Animation produced in the United States is beloved around the globe, think of animated features by Disney, Pixar and DreamWorks, for example. That being said, foreign animation is getting more popular. France is one of the biggest producers of animation in Europe and a lot of French animation is getting appreciated more and more in the US. A great example is Ernest & Celestine, a 2D animated feature that’s was nominated for Best Animated Feature at the 86th Academy Awards.
Celestine is a young mouse who lives in the underground world of rodents. At the orphanage where she lives, the caretaker tells scary stories about the evil nature of the bears that live in the outside world, though Celestine doubts the stories are entirely true. She loves to draw but must soon study dentistry, the occupation all rodents hold. In preparation, she must travel above ground to collect bear cubs’ lost teeth from underneath pillows. On one such occasion, the cub’s family catches Celestine in the act and chase her into a trash can where she spends the night. The next morning, a destitute and starving bear named Ernest discovers Celestine and attempts to eat her. When she convinces him not to and leads the way to a cellar full of food, an unlikely bond forms between the two. But as they soon discover, not everyone above ground or below is so accepting of their unprecedented friendship.
This movie is based on a popular book series in France from the 1980s. From the beginning of the movie till the end, I really enjoyed this movie. Everything was just really lovely: the story, the animation and the music.
The movie has watercolor backgrounds and even the characters are watercolored as well. This is one of the things that made this movie so lovely, it felt like watching a book you would read to your children before bedtime. The use of watercolor is done in a very unique way, contrary to Disney’s Lilo & Stitch where the watercolor backgrounds were so detailed you barely noticed them. In Ernest & Celestine, the watercolor feels really rough and almost like it’s coming directly out of someones sketchbook, which adds another layer to the storybook feel of the movie. The beautiful 2D animation is not cartoony at all, but more realistic and it works fine with the watercolor-and-ink look of the film.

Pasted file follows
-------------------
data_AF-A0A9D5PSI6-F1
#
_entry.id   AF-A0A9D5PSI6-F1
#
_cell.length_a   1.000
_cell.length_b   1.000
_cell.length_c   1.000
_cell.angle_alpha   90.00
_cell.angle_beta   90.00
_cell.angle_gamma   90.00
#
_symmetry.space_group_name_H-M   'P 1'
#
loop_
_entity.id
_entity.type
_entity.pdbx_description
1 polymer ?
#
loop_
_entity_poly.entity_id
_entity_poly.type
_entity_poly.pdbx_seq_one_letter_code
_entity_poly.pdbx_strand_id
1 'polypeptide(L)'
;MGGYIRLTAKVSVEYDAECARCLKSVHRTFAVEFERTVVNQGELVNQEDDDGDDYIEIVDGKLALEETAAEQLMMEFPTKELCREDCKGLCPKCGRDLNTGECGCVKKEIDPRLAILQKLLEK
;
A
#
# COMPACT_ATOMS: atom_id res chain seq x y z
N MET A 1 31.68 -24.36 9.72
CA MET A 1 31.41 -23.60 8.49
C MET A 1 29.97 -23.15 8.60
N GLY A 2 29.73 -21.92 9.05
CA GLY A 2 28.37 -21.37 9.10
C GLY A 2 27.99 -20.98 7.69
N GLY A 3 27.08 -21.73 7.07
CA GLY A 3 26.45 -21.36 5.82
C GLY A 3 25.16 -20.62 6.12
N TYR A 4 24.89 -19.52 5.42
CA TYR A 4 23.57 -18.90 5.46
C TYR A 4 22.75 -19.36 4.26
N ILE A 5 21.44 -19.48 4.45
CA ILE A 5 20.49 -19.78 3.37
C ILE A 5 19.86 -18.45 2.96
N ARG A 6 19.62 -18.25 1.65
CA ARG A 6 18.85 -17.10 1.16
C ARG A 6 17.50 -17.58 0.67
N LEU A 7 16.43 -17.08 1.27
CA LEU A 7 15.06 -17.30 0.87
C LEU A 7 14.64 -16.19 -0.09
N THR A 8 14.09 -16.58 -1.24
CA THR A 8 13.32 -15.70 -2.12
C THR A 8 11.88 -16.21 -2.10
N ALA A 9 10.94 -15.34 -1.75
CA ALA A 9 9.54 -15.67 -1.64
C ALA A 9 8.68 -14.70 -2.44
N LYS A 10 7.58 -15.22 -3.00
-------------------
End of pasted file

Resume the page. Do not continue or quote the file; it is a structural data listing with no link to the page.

The story of this movie is really cute. I loved it so much because most of the events were really unexpected like the little mice becoming dentists. This was something that I would’ve never thought would have been in the film when I watched the trailers, but was really original. This is a story about friendship: no one is the same but you can still become friends if you really want to. This was a great message and worked out really well. Yes, this message has been told in other animated movies before but this felt again like a new twist on it. However, I felt the end was a little rushed and it made me feel like the movie was only about 30 minutes long when it actually was about 80 minutes. But overall I think this was a really good story with a great message.
The music in this movie, composed by Vincent Courtois was really great. The music fit the movie really well and help the story moving on. It was something completely different from for example Frozen or The Croods but it worked for this movie. The music felt as if it was performed by some street musicians in Paris, which fit the mood and feel of this movie.
Overall I think Ernest & Celestine was a worthy nominee for an Oscar. The story was unique, original and fun for all ages. The animation was beautifully done and the watercolor look of the movie was so unique and beautiful that it made me feel like I was reading a storybook. If you haven’t seen this movie I’d recommend to watch it as soon as it will be available in your country because it’s a complete different movie experience than you would have with an American animated movie. I regret not seeing it in theatres because this is one of those movies that would look absolutely amazing on the big screen, so I hope you guys won’t miss that experience.